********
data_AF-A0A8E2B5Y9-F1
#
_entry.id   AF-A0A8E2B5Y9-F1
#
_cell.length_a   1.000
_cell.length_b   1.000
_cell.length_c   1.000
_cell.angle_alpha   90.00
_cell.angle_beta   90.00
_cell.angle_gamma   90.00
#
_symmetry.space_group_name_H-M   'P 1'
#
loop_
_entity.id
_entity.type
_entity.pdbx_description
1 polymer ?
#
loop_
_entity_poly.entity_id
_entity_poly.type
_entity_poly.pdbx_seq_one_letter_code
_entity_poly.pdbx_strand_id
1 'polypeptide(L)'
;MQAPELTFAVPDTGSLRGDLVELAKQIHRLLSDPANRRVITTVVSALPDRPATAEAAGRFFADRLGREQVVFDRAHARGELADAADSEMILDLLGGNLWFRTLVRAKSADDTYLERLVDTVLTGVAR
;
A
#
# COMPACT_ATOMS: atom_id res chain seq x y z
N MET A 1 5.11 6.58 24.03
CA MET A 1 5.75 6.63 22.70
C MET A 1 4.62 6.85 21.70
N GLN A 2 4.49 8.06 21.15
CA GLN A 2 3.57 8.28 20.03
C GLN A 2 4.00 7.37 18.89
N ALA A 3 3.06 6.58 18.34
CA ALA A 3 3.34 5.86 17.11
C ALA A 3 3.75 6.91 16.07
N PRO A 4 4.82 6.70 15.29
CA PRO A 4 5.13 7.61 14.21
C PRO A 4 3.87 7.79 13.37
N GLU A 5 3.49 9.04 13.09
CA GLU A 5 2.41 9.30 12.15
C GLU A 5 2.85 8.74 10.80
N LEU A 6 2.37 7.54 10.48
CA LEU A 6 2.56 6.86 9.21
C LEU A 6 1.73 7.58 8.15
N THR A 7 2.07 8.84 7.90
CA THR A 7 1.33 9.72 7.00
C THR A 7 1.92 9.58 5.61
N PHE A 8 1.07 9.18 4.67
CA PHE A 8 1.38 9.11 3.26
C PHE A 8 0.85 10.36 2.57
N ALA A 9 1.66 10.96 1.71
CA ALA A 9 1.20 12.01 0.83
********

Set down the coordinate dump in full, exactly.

data_AF-A0A8E2B5Y9-F1
#
_entry.id   AF-A0A8E2B5Y9-F1
#
_cell.length_a   1.000
_cell.length_b   1.000
_cell.length_c   1.000
_cell.angle_alpha   90.00
_cell.angle_beta   90.00
_cell.angle_gamma   90.00
#
_symmetry.space_group_name_H-M   'P 1'
#
loop_
_entity.id
_entity.type
_entity.pdbx_description
1 polymer ?
#
loop_
_entity_poly.entity_id
_entity_poly.type
_entity_poly.pdbx_seq_one_letter_code
_entity_poly.pdbx_strand_id
1 'polypeptide(L)'
;MQAPELTFAVPDTGSLRGDLVELAKQIHRLLSDPANRRVITTVVSALPDRPATAEAAGRFFADRLGREQVVFDRAHARGELADAADSEMILDLLGGNLWFRTLVRAKSADDTYLERLVDTVLTGVAR
;
A
#
# COMPACT_ATOMS: atom_id res chain seq x y z
N MET A 1 5.11 6.58 24.03
CA MET A 1 5.75 6.63 22.70
C MET A 1 4.62 6.85 21.70
N GLN A 2 4.49 8.06 21.15
CA GLN A 2 3.57 8.28 20.03
C GLN A 2 4.00 7.37 18.89
N ALA A 3 3.06 6.58 18.34
CA ALA A 3 3.34 5.86 17.11
C ALA A 3 3.75 6.91 16.07
N PRO A 4 4.82 6.70 15.29
CA PRO A 4 5.13 7.61 14.21
C PRO A 4 3.87 7.79 13.37
N GLU A 5 3.49 9.04 13.09
CA GLU A 5 2.41 9.30 12.15
C GLU A 5 2.85 8.74 10.80
N LEU A 6 2.37 7.54 10.48
CA LEU A 6 2.56 6.86 9.21
C LEU A 6 1.73 7.58 8.15
N THR A 7 2.07 8.84 7.90
CA THR A 7 1.33 9.72 7.00
C THR A 7 1.92 9.58 5.61
N PHE A 8 1.07 9.18 4.67
CA PHE A 8 1.38 9.11 3.26
C PHE A 8 0.85 10.36 2.57
N ALA A 9 1.66 10.96 1.71
CA ALA A 9 1.20 12.01 0.83